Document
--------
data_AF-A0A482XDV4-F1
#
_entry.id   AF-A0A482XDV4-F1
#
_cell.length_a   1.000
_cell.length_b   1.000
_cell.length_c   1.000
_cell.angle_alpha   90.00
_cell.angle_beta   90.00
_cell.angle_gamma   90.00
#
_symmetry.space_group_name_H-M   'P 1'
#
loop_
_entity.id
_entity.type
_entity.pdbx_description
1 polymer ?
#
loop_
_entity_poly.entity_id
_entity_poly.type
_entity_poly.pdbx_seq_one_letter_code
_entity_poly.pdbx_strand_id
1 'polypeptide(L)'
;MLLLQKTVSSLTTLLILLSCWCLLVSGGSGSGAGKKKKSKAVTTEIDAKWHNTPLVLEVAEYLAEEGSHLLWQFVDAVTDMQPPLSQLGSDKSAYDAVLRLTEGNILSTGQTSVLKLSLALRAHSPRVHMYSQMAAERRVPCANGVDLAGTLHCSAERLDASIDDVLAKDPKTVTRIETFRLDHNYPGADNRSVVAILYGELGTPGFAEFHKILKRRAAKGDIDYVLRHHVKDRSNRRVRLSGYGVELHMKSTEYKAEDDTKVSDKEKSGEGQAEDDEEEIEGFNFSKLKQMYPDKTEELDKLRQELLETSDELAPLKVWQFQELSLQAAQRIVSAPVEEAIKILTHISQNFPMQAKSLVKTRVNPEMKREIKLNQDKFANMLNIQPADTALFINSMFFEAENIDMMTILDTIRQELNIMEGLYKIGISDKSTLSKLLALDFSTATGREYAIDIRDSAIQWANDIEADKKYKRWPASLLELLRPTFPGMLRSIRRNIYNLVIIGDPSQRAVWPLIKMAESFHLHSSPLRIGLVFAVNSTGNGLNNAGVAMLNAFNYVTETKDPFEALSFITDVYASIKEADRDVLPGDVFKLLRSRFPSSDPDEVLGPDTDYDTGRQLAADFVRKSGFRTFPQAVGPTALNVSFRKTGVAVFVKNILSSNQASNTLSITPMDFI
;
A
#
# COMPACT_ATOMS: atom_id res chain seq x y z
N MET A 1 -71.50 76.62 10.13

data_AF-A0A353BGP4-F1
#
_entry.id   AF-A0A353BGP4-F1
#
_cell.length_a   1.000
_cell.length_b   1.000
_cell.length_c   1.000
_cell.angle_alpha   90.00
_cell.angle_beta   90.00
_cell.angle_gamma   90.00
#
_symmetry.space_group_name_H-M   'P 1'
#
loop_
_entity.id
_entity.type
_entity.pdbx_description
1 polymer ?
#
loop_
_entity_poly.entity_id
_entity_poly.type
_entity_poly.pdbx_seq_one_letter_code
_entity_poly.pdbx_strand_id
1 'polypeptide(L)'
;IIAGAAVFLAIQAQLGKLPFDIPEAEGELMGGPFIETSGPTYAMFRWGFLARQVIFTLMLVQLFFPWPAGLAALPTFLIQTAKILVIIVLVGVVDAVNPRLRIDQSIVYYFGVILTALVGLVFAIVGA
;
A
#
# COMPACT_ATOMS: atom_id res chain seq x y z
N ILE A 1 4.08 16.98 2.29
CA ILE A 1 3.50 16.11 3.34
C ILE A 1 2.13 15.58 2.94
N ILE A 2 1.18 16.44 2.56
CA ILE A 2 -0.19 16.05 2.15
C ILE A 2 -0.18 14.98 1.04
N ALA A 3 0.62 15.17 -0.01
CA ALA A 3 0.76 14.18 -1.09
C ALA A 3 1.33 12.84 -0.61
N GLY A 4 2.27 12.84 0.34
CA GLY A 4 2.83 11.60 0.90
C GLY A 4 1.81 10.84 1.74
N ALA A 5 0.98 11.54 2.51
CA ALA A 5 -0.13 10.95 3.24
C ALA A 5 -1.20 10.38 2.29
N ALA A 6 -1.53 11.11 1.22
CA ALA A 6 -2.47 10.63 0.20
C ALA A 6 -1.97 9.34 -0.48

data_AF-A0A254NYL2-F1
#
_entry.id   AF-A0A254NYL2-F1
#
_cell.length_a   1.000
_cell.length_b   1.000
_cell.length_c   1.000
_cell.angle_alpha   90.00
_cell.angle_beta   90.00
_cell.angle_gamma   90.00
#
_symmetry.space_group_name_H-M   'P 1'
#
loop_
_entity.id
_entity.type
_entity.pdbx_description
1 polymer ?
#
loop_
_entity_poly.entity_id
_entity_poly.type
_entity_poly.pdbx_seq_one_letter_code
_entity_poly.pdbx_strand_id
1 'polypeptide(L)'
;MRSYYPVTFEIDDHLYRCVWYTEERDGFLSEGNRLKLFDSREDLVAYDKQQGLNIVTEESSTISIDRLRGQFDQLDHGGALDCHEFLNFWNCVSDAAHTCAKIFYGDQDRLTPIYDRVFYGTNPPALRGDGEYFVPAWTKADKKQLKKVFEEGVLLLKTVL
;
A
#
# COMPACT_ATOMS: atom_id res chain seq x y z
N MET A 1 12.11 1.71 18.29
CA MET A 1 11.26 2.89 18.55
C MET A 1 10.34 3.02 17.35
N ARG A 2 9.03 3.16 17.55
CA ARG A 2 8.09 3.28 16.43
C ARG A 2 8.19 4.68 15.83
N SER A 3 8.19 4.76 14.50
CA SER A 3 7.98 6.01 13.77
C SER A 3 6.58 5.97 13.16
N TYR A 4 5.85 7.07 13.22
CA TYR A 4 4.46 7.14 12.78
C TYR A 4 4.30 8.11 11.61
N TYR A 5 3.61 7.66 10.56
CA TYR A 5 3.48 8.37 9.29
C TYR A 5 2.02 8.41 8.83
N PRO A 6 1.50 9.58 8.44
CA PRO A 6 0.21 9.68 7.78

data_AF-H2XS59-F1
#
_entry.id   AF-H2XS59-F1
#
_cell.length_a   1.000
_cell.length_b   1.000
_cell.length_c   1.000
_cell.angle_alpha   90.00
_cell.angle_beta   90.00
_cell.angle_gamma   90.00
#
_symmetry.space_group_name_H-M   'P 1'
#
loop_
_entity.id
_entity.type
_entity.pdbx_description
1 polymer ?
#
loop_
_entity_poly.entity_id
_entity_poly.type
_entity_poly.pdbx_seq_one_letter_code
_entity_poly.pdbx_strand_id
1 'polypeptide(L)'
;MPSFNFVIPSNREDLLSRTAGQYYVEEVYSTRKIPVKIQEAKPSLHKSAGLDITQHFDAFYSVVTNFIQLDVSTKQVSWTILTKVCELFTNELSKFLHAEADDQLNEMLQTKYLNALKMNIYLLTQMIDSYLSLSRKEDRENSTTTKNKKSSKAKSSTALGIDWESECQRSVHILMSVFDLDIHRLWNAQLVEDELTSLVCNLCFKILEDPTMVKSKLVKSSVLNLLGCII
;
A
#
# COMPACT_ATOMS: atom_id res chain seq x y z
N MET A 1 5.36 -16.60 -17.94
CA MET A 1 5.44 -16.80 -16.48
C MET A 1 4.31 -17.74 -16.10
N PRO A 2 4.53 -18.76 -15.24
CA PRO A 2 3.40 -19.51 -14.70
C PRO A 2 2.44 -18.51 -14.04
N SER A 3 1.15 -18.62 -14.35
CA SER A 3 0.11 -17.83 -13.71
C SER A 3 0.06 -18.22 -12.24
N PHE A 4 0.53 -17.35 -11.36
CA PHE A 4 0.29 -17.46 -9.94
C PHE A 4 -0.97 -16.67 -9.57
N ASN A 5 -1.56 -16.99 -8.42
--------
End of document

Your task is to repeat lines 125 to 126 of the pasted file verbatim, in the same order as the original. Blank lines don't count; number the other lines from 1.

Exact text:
N PRO A 6 1.50 9.58 8.44
CA PRO A 6 0.21 9.68 7.78